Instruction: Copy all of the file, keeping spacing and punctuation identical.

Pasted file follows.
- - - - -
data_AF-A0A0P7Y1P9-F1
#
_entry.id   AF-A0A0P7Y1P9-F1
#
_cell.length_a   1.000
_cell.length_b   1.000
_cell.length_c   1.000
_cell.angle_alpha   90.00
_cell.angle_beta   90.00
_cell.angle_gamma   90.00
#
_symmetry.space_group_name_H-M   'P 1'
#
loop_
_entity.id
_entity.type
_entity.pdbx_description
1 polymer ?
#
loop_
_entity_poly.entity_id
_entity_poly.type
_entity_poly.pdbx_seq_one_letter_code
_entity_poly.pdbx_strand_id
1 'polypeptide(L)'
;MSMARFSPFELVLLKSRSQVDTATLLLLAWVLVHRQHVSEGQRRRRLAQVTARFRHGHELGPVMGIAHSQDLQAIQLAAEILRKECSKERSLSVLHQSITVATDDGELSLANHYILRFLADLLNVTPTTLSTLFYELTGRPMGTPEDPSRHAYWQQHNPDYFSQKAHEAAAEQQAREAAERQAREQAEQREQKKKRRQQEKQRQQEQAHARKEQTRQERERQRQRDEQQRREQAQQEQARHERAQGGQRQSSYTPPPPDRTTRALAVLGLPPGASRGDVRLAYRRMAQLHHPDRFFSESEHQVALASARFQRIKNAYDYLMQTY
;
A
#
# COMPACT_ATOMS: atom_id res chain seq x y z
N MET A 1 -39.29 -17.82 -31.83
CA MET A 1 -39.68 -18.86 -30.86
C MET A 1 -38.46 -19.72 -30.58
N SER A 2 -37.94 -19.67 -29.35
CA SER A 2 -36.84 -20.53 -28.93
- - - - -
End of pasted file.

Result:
data_AF-A0A0P7Y1P9-F1
#
_entry.id   AF-A0A0P7Y1P9-F1
#
_cell.length_a   1.000
_cell.length_b   1.000
_cell.length_c   1.000
_cell.angle_alpha   90.00
_cell.angle_beta   90.00
_cell.angle_gamma   90.00
#
_symmetry.space_group_name_H-M   'P 1'
#
loop_
_entity.id
_entity.type
_entity.pdbx_description
1 polymer ?
#
loop_
_entity_poly.entity_id
_entity_poly.type
_entity_poly.pdbx_seq_one_letter_code
_entity_poly.pdbx_strand_id
1 'polypeptide(L)'
;MSMARFSPFELVLLKSRSQVDTATLLLLAWVLVHRQHVSEGQRRRRLAQVTARFRHGHELGPVMGIAHSQDLQAIQLAAEILRKECSKERSLSVLHQSITVATDDGELSLANHYILRFLADLLNVTPTTLSTLFYELTGRPMGTPEDPSRHAYWQQHNPDYFSQKAHEAAAEQQAREAAERQAREQAEQREQKKKRRQQEKQRQQEQAHARKEQTRQERERQRQRDEQQRREQAQQEQARHERAQGGQRQSSYTPPPPDRTTRALAVLGLPPGASRGDVRLAYRRMAQLHHPDRFFSESEHQVALASARFQRIKNAYDYLMQTY
;
A
#
# COMPACT_ATOMS: atom_id res chain seq x y z
N MET A 1 -39.29 -17.82 -31.83
CA MET A 1 -39.68 -18.86 -30.86
C MET A 1 -38.46 -19.72 -30.58
N SER A 2 -37.94 -19.67 -29.35
CA SER A 2 -36.84 -20.53 -28.93